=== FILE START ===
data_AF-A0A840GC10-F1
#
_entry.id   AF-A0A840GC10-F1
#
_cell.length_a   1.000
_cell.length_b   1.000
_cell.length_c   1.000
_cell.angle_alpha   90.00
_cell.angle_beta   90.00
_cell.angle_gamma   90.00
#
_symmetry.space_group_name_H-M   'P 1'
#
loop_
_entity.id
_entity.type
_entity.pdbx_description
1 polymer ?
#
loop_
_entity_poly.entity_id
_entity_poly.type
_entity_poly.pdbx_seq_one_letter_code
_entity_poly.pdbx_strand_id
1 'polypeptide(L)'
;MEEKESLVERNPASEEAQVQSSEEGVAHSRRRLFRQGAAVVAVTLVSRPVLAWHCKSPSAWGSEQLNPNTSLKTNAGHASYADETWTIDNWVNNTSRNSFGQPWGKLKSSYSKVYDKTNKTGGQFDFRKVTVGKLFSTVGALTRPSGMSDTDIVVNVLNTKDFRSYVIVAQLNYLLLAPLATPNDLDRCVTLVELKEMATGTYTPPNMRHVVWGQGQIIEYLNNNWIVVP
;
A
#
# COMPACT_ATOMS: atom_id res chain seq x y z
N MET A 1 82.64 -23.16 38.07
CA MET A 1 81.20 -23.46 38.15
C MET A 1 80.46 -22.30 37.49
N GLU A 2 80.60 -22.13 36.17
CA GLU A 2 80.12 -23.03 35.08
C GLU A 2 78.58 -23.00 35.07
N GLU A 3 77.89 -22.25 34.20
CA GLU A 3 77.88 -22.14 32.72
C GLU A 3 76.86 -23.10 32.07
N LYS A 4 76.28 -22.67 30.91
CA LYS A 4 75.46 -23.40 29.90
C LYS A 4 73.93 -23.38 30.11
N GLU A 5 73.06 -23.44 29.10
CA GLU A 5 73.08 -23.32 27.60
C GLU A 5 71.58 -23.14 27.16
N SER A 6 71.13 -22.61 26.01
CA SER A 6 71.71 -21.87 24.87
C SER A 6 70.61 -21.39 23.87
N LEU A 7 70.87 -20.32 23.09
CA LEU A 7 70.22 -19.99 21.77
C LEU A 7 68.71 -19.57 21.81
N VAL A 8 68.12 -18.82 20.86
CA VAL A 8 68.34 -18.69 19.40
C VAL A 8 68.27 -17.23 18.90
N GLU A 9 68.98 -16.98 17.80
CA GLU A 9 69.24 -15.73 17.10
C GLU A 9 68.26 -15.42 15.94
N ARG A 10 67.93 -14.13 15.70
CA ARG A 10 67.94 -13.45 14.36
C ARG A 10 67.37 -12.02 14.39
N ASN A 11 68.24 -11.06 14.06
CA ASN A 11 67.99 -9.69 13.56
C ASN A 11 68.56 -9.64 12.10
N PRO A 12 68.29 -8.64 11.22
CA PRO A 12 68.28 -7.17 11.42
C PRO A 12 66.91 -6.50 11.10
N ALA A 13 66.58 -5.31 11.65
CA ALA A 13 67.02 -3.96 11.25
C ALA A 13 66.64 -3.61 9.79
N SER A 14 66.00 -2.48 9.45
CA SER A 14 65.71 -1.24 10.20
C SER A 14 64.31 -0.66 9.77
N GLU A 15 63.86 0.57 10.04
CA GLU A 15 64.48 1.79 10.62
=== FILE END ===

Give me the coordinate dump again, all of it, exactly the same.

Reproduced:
data_AF-A0A840GC10-F1
#
_entry.id   AF-A0A840GC10-F1
#
_cell.length_a   1.000
_cell.length_b   1.000
_cell.length_c   1.000
_cell.angle_alpha   90.00
_cell.angle_beta   90.00
_cell.angle_gamma   90.00
#
_symmetry.space_group_name_H-M   'P 1'
#
loop_
_entity.id
_entity.type
_entity.pdbx_description
1 polymer ?
#
loop_
_entity_poly.entity_id
_entity_poly.type
_entity_poly.pdbx_seq_one_letter_code
_entity_poly.pdbx_strand_id
1 'polypeptide(L)'
;MEEKESLVERNPASEEAQVQSSEEGVAHSRRRLFRQGAAVVAVTLVSRPVLAWHCKSPSAWGSEQLNPNTSLKTNAGHASYADETWTIDNWVNNTSRNSFGQPWGKLKSSYSKVYDKTNKTGGQFDFRKVTVGKLFSTVGALTRPSGMSDTDIVVNVLNTKDFRSYVIVAQLNYLLLAPLATPNDLDRCVTLVELKEMATGTYTPPNMRHVVWGQGQIIEYLNNNWIVVP
;
A
#
# COMPACT_ATOMS: atom_id res chain seq x y z
N MET A 1 82.64 -23.16 38.07
CA MET A 1 81.20 -23.46 38.15
C MET A 1 80.46 -22.30 37.49
N GLU A 2 80.60 -22.13 36.17
CA GLU A 2 80.12 -23.03 35.08
C GLU A 2 78.58 -23.00 35.07
N GLU A 3 77.89 -22.25 34.20
CA GLU A 3 77.88 -22.14 32.72
C GLU A 3 76.86 -23.10 32.07
N LYS A 4 76.28 -22.67 30.91
CA LYS A 4 75.46 -23.40 29.90
C LYS A 4 73.93 -23.38 30.11
N GLU A 5 73.06 -23.44 29.10
CA GLU A 5 73.08 -23.32 27.60
C GLU A 5 71.58 -23.14 27.16
N SER A 6 71.13 -22.61 26.01
CA SER A 6 71.71 -21.87 24.87
C SER A 6 70.61 -21.39 23.87
N LEU A 7 70.87 -20.32 23.09
CA LEU A 7 70.22 -19.99 21.77
C LEU A 7 68.71 -19.57 21.81
N VAL A 8 68.12 -18.82 20.86
CA VAL A 8 68.34 -18.69 19.40
C VAL A 8 68.27 -17.23 18.90
N GLU A 9 68.98 -16.98 17.80
CA GLU A 9 69.24 -15.73 17.10
C GLU A 9 68.26 -15.42 15.94
N ARG A 10 67.93 -14.13 15.70
CA ARG A 10 67.94 -13.45 14.36
C ARG A 10 67.37 -12.02 14.39
N ASN A 11 68.24 -11.06 14.06
CA ASN A 11 67.99 -9.69 13.56
C ASN A 11 68.56 -9.64 12.10
N PRO A 12 68.29 -8.64 11.22
CA PRO A 12 68.28 -7.17 11.42
C PRO A 12 66.91 -6.50 11.10
N ALA A 13 66.58 -5.31 11.65
CA ALA A 13 67.02 -3.96 11.25
C ALA A 13 66.64 -3.61 9.79
N SER A 14 66.00 -2.48 9.45
CA SER A 14 65.71 -1.24 10.20
C SER A 14 64.31 -0.66 9.77
N GLU A 15 63.86 0.57 10.04
CA GLU A 15 64.48 1.79 10.62